It’s not unusual for brands to update their logos and give their identity a refresh, which is exactly what big brands across the globe have been doing this past year.
A logo change is a big leap for a company, and if done well, it can bring new life to the brand and increase sales. However, if the redesign is executed badly, it can be incredibly damaging.
Here we take a look at the success stories of some recent logo redesigns, as well as the logo redesigns that didn’t quite hit the mark.
M&M’s hit the sweet spot with inclusivity identity
M&M’s are renowned for the four bold colours on their branding; red, yellow, green and blue. However, the recent logo redesign puts inclusivity centre stage.
In an attempt to create a world where “everyone feels they belong”, M&M’s has updated its colour palette to celebrate the full spectrum of race, ethnicity and culture.
As part of the rebrand, M&M’s has also created its very own custom typeface named ‘All Together Serif’. Quite possibly one of the most significant design elements in the rebrand, this typeface evokes a sense of fun and unity.
The love felt with this new inclusive identity is described to be “just like pouring out a pack of M&M’s”.
We think it’s a great logo redesign from M&M’s. The well-loved brand and its inclusivity move are backed by the world, and it’s certainly set them up for the future.
Calendly’s “flush” new logo
Not many logos are described as bog-standard, but this one has us bowled over.
The calendar and scheduling tool, Calendly spend a mighty £1.5 million on its recent logo redesign, so naturally consumers had high hopes for the new look.
However, the logo underwhelmed many and there has since been an outpour of mocking over the unfortunate resemblance to a bird-eye view of a toilet.
With the initial idea to reflect the platform’s “intelligent design, improved workflows and incredible ease of use”, Calendly is looking a little flushed as this messaging is overpowered by the design.
Once you spot the toilet resemblance, you simply can’t unsee it.
They haven’t quite got it right this time – maybe they should’ve kept the original one for the time being.
Visa’s rebrand to be “more than a credit card”
Adapting the logo and brand identities of a well-established brand can be daunting. After more than 60 years of business, Visa took the plunge to lean into the future.
Keeping the iconic yellow, white and blue colour palette, the recent logo redesign replicates the equals symbol, representing the unity of everyone, everywhere.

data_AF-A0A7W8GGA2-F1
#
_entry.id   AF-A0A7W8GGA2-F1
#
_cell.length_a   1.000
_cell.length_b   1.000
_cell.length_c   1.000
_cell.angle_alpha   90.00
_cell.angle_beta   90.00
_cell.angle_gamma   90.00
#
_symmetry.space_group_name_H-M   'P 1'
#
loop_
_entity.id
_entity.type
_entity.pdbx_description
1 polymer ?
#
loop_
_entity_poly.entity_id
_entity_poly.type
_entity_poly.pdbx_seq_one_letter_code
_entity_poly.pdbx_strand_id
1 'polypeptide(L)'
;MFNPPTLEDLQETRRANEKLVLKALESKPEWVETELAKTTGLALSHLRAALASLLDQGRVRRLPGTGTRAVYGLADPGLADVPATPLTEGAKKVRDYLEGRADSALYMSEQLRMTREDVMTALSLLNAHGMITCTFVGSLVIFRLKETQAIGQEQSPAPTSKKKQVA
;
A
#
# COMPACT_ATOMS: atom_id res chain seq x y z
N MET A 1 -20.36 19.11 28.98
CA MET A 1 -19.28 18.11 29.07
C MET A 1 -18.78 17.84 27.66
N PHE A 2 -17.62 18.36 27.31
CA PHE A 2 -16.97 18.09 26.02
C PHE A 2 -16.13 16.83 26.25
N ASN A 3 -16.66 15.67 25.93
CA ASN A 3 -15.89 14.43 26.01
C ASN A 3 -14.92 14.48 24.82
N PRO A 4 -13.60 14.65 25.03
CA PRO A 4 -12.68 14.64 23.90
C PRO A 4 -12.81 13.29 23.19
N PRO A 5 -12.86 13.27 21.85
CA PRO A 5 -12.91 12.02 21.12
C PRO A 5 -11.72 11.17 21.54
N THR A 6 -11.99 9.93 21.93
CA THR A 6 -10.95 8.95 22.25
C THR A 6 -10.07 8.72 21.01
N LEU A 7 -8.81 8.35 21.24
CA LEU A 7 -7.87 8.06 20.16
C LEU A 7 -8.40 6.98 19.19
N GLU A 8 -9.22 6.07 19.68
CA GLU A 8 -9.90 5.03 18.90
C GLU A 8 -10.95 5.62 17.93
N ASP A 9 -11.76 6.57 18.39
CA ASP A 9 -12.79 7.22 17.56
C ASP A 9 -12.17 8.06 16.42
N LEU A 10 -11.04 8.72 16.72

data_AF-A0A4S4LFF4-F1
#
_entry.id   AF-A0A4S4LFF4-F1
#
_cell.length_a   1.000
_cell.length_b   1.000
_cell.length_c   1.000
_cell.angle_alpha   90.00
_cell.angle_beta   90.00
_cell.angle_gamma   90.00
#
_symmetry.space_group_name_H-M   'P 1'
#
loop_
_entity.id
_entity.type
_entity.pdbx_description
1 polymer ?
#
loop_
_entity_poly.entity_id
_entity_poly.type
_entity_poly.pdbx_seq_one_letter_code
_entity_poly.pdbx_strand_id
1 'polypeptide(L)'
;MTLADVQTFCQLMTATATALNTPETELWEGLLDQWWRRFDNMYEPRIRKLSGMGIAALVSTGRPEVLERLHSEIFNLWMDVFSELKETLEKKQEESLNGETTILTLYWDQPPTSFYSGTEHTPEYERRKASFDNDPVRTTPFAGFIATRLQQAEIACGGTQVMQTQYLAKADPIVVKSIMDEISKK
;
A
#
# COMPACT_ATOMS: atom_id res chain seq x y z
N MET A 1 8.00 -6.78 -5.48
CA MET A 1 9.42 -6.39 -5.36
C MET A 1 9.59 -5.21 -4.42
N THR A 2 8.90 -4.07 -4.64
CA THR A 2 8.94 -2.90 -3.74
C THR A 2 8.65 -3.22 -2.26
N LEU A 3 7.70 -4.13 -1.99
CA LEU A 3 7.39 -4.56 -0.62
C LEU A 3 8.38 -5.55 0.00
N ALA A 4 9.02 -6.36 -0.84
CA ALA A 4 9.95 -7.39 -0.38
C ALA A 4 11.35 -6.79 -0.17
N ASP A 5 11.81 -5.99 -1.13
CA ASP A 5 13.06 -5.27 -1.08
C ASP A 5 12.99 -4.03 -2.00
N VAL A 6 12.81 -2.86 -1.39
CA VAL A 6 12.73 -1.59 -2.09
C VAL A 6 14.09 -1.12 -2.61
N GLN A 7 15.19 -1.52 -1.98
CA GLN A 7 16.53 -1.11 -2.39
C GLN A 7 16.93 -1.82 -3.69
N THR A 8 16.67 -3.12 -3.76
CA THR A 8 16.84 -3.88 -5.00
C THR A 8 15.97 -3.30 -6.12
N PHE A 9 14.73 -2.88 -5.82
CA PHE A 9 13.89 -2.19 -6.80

The refreshed branding aims to “capitalise on Visa’s heritage while telling a new story about the brand.” As well as supporting the brand mark, Visa has released a collection of new elements, which include photography principles, an icon and illustration system, and new typography.
The addition of these new elements provides Visa customers with a seamless and interactive experience whilst working well as a coherent brand system.
We love to see brands making changes to adapt to the future, especially with innovative ideas. When done right like Visa, the results are well received and remembered.
Pringles has the internet divided
As the old saying goes if it ain’t broke, don’t fix it.
After being untouched for 20 years, Pringles have given the lovable Pringles mascot a makeover, and it’s caused quite the controversy.
With the aim to simplify, modernise and give Mr. P a “youthful and eye-catching emoji look”, the flat design has fallen short for some.
Stripping it back to basics, Pringles has refreshed the packaging to make it cleaner and even presented the typeface in the shape of the signature bow tie.
The bold look had the intention to retain the “iconic look and feel” but with such a striking change, it’s hard for us to adapt.
Although the recent logo redesign is loved by some, I can’t say we’re totally on board with this one.
Saga embraces life over 50
Embracing the over 50s, Saga unveiled a new identity at the beginning of the year.
Founded in 1951, the insurance and finance service company hope to showcase the positive side of aging by focusing on “experience rather than age.”
The recent logo redesign features a bespoke wordmark with arches on the “A’s”.
The timeless marbling design is one of the biggest updates to the branding, bringing in instant associations with high quality items that are made with care and made to last.”
This, alongside the friendly and refreshing colour palette of blue, turquoise, and golden hues, ties the brand together for a positive new look.